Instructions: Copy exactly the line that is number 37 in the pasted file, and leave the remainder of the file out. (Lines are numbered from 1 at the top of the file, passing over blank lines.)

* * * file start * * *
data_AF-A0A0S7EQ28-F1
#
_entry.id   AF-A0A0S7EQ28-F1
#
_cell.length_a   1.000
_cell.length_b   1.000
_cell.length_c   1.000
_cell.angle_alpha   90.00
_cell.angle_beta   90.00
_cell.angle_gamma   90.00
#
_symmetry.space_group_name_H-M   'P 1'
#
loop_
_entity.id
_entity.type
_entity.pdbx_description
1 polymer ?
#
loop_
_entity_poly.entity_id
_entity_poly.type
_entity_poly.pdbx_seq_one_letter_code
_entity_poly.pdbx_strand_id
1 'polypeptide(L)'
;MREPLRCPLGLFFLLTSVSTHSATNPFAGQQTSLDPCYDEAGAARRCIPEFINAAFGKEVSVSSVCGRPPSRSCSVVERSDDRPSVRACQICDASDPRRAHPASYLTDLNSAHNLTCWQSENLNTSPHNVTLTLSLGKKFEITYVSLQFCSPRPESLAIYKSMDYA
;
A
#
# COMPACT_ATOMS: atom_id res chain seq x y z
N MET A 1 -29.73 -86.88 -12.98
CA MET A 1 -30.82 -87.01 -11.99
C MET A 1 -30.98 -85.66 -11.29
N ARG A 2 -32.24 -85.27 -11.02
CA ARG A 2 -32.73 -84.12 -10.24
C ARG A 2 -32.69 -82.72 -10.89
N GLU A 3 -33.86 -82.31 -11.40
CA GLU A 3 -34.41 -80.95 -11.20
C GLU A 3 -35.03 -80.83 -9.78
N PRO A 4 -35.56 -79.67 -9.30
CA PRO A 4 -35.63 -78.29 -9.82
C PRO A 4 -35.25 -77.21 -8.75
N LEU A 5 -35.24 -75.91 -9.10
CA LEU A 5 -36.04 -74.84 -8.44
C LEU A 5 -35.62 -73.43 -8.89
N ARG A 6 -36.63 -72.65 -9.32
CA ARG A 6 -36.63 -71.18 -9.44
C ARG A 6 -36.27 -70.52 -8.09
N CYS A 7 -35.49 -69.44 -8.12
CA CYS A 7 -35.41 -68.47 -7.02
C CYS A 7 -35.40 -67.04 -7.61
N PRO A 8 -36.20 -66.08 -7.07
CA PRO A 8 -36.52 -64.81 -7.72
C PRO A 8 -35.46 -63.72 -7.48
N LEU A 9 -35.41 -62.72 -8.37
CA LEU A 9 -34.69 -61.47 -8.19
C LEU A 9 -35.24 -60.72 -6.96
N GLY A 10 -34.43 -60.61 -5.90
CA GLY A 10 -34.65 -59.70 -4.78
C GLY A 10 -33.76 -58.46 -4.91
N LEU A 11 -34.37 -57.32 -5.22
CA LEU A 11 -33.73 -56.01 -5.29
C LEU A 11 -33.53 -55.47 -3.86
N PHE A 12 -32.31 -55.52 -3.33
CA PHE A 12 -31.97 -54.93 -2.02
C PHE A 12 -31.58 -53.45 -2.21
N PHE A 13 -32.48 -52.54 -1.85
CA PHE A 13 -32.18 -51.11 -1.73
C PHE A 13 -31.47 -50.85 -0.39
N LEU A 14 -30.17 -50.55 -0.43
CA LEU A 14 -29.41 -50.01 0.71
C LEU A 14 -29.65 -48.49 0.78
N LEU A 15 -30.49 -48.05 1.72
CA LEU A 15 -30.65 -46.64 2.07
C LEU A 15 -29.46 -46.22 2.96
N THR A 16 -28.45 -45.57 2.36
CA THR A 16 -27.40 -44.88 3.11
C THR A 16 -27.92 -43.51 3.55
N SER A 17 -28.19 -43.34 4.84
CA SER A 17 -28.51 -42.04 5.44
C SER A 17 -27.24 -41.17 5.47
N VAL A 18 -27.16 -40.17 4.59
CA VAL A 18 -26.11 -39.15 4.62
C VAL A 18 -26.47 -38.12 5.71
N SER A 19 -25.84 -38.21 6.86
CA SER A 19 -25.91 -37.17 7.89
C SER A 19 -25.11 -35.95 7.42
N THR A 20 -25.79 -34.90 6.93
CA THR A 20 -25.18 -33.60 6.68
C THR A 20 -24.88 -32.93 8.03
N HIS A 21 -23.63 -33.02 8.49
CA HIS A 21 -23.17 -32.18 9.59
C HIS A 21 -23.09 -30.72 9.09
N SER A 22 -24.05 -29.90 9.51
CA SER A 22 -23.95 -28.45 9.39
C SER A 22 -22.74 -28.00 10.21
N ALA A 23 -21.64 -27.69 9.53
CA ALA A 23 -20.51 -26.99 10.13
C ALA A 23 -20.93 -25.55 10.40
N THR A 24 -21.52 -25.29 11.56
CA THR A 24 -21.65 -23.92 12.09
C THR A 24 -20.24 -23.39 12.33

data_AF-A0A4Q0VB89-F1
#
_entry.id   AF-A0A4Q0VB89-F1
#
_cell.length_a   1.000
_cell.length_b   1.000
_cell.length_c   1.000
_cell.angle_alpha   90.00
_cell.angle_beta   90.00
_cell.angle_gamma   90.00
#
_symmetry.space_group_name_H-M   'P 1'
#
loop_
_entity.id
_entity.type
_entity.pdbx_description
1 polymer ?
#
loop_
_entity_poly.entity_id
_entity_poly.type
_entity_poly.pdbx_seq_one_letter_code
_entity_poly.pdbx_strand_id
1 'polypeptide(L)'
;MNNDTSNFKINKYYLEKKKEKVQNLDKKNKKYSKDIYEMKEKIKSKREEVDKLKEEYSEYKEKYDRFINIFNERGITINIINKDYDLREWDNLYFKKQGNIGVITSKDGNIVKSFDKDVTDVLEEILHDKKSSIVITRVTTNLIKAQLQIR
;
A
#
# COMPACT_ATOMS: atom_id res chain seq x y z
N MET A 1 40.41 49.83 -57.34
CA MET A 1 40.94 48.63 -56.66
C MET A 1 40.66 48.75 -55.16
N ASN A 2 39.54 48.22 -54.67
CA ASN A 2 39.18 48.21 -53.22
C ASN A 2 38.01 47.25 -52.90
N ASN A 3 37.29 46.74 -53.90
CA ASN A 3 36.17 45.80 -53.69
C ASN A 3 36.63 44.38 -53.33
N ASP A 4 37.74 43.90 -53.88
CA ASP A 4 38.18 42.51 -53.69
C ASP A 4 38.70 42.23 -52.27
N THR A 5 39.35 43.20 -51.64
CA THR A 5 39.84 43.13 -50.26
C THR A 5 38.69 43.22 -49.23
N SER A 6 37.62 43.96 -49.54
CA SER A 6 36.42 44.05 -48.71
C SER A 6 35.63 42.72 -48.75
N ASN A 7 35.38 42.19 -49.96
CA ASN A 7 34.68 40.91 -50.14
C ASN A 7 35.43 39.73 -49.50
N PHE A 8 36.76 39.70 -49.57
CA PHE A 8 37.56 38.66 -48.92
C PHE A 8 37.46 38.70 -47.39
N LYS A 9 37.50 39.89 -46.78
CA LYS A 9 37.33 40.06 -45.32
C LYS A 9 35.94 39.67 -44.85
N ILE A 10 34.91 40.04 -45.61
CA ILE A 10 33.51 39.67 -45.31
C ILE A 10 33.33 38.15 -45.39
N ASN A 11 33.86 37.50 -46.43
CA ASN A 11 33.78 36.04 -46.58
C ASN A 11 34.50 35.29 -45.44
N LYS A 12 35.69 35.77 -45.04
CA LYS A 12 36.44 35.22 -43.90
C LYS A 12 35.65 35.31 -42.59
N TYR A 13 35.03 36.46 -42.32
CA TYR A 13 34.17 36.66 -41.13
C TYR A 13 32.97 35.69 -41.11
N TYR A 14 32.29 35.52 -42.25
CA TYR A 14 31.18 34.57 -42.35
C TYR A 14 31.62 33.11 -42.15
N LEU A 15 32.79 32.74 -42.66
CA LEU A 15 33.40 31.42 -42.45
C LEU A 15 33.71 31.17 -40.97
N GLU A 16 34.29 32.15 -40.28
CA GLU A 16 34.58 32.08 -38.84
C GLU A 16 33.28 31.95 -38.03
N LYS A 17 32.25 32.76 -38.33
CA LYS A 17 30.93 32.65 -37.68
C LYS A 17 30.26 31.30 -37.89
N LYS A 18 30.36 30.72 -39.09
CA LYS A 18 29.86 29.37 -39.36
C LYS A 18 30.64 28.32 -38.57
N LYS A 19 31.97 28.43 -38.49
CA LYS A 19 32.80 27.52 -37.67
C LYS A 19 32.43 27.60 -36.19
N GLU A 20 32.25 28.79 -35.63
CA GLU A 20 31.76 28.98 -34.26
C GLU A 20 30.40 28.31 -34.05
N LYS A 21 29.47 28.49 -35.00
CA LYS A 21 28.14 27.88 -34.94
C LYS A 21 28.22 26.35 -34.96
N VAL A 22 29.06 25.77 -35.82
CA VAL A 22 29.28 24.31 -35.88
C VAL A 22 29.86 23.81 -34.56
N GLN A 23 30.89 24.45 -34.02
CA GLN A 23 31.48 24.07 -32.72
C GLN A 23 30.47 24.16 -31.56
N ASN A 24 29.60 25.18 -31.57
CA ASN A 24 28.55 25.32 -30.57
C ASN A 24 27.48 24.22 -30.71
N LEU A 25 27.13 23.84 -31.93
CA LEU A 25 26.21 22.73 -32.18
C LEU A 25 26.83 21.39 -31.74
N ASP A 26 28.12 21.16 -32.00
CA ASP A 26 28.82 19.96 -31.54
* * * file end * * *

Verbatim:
N GLU A 3 -33.86 -82.31 -11.40